People sketcher?

October 3, 2012

5×8″, 20mins. Those of us following the exploits of globe-trotting Urban Sketchers will have come across sketches of cramped interiors in aeroplanes… I’ve been feeling unabashed enough to get out my 5×8″ sketchbook down the back of a crowded bus on a weekly basis to attempt the same thing. Here’s my very first attempt, when the univ students around me were, I think, either too tired to care first thing in the morning or dismissed me as another engineering/landscaping academic from their university.

I learned four things on this occasion:

* don’t attempt long straight lines unless the bus comes to a halt, either at a stop or in traffic (I attempted very few parallel lines here to denote the chrome bars);

* not all buses are straightforward ‘shoeboxes’: the three height levels within the bus (and the compartments attached to the walls) make perspective tricky. Just about the only ‘true’ obvious perspective lines are formed by the bus’ windows (everything else is up for grabs!);

* buses are uniformly grey and chrome inside, so colour is a precious thing (!);

* when drawing people, especially less than a metre away from your face, do it as blind contour (I now appreciate the purpose of blind contour in drawing classes!).

I sneaked a photo at the end of the bus route, so I could think more about perspective.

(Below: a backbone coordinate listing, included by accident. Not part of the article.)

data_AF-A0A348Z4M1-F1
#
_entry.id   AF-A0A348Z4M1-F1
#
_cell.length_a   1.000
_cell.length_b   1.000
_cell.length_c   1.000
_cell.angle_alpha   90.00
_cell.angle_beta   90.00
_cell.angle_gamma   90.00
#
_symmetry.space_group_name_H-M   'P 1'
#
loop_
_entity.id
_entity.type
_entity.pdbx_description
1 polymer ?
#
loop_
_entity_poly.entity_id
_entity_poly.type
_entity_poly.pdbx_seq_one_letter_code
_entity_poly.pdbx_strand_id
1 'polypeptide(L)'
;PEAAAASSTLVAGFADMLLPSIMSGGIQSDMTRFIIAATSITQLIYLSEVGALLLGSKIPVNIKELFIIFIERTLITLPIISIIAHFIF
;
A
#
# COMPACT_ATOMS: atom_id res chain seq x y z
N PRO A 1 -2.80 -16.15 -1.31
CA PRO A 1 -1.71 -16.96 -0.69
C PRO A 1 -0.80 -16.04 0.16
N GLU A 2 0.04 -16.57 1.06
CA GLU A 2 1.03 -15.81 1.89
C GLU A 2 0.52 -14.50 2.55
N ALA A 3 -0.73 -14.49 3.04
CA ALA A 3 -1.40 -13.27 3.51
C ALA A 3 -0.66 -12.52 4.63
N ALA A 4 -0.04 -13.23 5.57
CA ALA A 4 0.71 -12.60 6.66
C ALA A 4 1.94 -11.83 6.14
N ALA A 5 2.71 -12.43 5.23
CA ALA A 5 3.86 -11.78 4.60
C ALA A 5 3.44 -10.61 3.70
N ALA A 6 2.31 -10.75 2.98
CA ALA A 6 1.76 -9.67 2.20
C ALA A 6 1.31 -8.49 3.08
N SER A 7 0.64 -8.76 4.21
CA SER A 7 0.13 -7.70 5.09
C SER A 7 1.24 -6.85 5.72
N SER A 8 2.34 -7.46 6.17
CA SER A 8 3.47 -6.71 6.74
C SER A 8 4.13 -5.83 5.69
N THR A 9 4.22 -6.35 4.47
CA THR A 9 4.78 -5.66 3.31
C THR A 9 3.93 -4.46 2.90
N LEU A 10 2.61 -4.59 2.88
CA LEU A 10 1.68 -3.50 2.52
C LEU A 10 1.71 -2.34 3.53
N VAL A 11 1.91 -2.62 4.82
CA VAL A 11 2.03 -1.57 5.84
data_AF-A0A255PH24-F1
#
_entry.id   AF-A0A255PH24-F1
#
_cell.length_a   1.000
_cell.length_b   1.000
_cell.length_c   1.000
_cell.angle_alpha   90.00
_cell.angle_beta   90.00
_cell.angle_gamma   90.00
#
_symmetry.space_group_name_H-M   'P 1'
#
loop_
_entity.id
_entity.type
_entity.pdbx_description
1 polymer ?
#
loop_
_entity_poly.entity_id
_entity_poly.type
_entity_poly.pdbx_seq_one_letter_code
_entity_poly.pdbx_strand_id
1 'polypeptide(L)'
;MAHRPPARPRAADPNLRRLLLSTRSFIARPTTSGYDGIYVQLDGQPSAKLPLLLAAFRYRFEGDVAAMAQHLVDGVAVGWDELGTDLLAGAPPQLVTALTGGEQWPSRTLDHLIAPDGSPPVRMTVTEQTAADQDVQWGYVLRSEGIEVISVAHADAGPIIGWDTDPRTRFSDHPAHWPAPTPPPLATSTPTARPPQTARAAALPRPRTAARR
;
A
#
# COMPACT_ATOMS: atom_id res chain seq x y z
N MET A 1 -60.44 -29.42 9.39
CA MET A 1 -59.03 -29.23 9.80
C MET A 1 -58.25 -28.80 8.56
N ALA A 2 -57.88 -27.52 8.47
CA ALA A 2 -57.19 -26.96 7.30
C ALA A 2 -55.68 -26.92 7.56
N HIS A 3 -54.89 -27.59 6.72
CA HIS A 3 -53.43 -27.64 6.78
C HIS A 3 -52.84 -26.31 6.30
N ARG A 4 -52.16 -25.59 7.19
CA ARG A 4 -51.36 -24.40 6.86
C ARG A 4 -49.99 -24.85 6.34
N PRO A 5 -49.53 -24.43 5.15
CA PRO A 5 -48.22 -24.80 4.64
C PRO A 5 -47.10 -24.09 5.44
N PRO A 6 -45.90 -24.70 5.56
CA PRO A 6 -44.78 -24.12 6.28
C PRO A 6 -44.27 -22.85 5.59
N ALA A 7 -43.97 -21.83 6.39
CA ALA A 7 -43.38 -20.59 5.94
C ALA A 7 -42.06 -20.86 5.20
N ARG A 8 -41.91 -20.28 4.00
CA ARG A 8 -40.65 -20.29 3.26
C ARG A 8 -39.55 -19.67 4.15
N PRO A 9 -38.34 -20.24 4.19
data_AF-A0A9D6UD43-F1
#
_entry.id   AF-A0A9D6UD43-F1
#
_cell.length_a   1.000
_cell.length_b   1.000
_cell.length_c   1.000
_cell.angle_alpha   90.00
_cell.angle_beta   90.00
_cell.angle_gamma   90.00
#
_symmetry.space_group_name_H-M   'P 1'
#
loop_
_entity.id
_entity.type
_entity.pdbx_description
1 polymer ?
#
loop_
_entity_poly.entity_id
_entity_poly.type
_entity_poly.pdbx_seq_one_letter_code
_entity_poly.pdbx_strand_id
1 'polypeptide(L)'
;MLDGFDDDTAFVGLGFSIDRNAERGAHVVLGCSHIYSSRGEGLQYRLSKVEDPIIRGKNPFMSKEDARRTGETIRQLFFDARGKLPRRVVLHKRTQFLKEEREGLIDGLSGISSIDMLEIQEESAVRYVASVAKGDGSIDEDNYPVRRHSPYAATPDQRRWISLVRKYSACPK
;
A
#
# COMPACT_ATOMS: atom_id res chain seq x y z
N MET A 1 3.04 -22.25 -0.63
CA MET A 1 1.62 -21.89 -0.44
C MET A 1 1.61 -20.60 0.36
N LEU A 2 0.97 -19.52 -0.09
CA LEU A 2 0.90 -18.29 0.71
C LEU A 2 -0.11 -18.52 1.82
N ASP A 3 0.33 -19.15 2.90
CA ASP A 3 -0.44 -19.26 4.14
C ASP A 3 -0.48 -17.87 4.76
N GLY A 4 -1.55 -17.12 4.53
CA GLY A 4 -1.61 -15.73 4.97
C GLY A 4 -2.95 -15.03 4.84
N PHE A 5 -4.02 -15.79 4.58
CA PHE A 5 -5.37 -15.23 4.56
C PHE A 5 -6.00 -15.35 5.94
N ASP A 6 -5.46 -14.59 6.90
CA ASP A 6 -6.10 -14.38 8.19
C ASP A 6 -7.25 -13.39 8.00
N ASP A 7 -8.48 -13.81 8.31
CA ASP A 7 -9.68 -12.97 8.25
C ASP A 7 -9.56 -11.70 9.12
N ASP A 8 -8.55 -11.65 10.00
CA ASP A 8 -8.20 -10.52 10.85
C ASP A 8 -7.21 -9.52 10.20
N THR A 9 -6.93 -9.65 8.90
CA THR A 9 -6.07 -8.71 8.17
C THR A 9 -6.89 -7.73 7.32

As someone who has been roughed up on Sydney’s public transport, I am wary of interacting with others on buses and trains – let alone draw them – , but today’s exercise was edifying.

There seem to me three distinct categories of Urban Sketcher: people sketchers, building sketchers and object sketchers. I have amassed a number of personal heroes and heroines in the area of Architectural Drawing, I just have to work on getting some role models in the people department. Object Drawing, thanks to Every Day Matters, is a big enough field anyway and is very well represented in the published sketching literature.

I’m considering ‘areas’ where people can be sketched without drawing attention to myself: people stand still at busy city intersections/pedestrian crossings; people sit and lounge about on university campuses. Otherwise, everyone is so security-conscious and privacy-conscious these days, there’s a lot of hypervigilance and nervousness out there!


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